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Growing the UK’s Creative Industries: Version 2.0

This guest post is submitted by Graham Hitchen, founder of strategic business consultancy Directional Thinking.

The Technology Strategy Board is about to launch its revised Creative Industries strategy, and over the next few months will be running a series of competitions which will see funding of £26m being directed towards the sector. This, by any measure, is an impressive level of investment and commitment.

Although the TSB investment has been augmented by a one-off injection of funds linked to a major new feature film production in the UK, this is no sudden volte-face by Government and its agencies to pump money into a high-performing sector. Rather it is part of wider shift which has been taking place over the last five years - shifting funding from a regionally- and, arguably, more sectorally-targeted investment, towards one which is unapologetically focused on economic innovation and growth.

RDAs and RSAs

Six years ago the TSB did not exist (or at least not as an independent, funding entity) and the most significant investors in the creative industries were the Regional Development Agencies. The combined level of investment in the creative industries through the RDAs was more than £30m annually, with the LDA – through Creative London – especially active. Their main partners in supporting and growing the sector were the Regional Screen Agencies which, as well as directing RDA, EU and other sources of funding, received core resource from by the UK Film Council. It took a while for these agencies to establish themselves but towards the end of the last decade, the RDAs and the RSAs were working together effectively to deliver joined-up, targeted interventions to support creative industries growth across the country – bringing together investment, resources and partners to deliver programmes around skills, start-up support, promotion and exports, and property and workspace.

Re-nationalisation?

On the face of it, the abolition of the RDAs, and the absorption of the RSAs into Creative England will have resulted in a 're-nationalisation' of creative industries investment, and a dismantling of the joined-up approach. TSB funding, for example, is entirely competition-based, meaning that it awards grants to the consortia with the strongest assessed applications and which results in an entirely geographically-neutral distribution of funds and an inability to be selective about particular companies or consortia. Historically, the TSB has also tended to narrow its competitions to particular challenges, such as ‘metadata’, rather than supporting sectoral growth across the value chain. At the same time, the Local Enterprise Partnerships have lacked the capacity to fully engage or invest, while the Creative Industries Council is yet to have demonstrated the strategic leadership that many were hoping.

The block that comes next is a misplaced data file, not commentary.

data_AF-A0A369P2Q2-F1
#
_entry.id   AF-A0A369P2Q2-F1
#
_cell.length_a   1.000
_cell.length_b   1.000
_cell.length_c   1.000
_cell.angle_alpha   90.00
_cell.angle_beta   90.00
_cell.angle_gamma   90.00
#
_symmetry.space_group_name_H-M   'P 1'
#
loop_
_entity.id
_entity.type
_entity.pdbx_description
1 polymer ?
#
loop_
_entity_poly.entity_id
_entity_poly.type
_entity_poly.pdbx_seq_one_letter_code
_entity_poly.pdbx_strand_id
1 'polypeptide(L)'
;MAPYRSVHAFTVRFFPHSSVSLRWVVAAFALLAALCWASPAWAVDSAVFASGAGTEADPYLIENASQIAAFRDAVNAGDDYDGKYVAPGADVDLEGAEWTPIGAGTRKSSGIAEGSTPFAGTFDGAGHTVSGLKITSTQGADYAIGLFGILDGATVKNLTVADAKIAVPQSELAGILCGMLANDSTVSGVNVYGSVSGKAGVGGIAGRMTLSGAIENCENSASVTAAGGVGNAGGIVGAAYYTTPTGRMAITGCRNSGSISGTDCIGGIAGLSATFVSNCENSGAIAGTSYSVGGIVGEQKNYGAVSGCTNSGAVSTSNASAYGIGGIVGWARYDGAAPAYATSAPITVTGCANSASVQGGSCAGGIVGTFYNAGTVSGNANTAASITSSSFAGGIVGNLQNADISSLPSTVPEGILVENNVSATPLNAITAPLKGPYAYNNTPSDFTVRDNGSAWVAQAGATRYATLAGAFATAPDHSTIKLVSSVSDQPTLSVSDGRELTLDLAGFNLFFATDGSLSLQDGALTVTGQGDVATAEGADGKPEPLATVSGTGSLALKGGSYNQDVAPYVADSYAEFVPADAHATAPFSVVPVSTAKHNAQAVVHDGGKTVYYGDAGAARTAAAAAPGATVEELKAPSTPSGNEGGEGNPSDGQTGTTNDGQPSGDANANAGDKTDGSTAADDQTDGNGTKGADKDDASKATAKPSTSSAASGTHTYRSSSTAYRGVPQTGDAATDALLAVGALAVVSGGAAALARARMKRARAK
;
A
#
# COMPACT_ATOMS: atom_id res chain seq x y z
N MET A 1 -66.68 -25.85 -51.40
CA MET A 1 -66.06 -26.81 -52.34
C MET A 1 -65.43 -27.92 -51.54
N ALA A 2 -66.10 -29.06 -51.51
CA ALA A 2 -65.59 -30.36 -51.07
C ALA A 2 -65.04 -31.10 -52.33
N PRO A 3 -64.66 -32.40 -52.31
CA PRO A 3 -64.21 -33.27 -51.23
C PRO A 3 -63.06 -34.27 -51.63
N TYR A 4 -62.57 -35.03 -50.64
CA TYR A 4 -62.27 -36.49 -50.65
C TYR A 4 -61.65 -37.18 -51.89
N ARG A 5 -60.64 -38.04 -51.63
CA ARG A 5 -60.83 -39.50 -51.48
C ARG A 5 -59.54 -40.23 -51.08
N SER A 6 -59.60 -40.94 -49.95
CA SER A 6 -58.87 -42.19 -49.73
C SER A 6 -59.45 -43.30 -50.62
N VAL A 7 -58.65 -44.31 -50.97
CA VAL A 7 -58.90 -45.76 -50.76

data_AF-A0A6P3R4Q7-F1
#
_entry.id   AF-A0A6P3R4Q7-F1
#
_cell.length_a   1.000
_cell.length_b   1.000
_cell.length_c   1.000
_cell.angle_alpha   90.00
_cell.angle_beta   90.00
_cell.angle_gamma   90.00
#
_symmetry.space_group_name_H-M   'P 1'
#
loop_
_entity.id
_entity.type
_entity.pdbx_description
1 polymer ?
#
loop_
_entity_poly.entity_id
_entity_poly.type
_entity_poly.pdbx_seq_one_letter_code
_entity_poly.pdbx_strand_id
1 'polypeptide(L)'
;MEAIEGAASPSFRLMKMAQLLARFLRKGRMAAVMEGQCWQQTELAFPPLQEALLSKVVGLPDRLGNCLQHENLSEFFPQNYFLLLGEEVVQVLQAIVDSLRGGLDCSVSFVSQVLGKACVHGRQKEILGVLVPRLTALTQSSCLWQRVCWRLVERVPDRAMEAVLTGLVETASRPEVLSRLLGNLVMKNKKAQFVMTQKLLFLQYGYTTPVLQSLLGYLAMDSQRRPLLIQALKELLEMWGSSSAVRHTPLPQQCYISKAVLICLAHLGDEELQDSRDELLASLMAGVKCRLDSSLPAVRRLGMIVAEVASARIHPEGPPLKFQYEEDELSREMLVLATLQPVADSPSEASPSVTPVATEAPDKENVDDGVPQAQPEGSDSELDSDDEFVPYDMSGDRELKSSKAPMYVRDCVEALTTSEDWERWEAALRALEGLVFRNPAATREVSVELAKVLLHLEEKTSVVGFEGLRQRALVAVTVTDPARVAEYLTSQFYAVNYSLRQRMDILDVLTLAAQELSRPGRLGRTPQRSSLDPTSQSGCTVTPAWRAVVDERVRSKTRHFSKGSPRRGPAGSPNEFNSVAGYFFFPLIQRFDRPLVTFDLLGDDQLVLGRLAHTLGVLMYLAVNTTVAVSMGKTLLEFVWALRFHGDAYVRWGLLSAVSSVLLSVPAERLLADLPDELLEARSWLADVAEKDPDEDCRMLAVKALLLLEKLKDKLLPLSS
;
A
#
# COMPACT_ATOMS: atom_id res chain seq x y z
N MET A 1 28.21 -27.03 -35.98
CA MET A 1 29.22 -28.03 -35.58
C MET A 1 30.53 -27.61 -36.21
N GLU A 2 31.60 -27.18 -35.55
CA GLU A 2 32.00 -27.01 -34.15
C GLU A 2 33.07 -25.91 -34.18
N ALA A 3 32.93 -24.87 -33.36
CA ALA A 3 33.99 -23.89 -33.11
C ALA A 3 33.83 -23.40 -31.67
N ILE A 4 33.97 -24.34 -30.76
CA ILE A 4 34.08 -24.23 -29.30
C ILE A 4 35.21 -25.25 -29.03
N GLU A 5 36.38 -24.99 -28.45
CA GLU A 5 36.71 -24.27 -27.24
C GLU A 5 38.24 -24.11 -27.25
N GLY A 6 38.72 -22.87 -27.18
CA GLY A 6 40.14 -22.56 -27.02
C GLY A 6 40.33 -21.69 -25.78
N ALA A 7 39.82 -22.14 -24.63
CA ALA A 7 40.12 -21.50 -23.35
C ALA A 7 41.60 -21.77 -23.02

But there are signs that this is beginning to change - indications that a more integrated strategy and programme of work are beginning to emerge. In terms of regional focus, for example, recent funding programmes have begun to focus support around recognised creative clusters (Tech City, Glasgow and, coming later this year, Manchester). Meanwhile, a revitalized Creative Industries Knowledge Transfer Network is helping to broker and build partnerships with industry and also the key strategic support agencies to help develop better considered and targeted support.

Integrated strategy for the sector

But it is on the wider issue of the need for an integrated strategy that really positive changes might be starting to take place. It is much needed – as Frank Boyd, Director of the CI KTN, wrote in a recent article: “Creative content, skills and innovation and are all much discussed... but not together. The problem is more than an organisational one. Rather, there has been an imaginative failure as to how the building blocks of our creative economy should come together."

To the TSB's credit, it appears that this is now being addressed. The Strategy being launched this September is likely to set out ways in which different agencies can work together to develop a more holistic approach to maximising the opportunities for growth around digital technologies. Crucially, the TSB recognises that it will not be able to do this alone, and recent months have seen an important coming together around shared objectives: Creative Skillset has been engaging with the TSB over its skills funding programmes, while Nesta has worked closely on the development of the forthcoming Hyperlocal Media Competition. Many of us working to support the UK’s creative economy may still look back longingly to the excitement, energy and investment of a decade ago. But we should do so not without hope for the future.

 

To learn more about the work of Graham's Directional Thinking consultancy please visit here.

 

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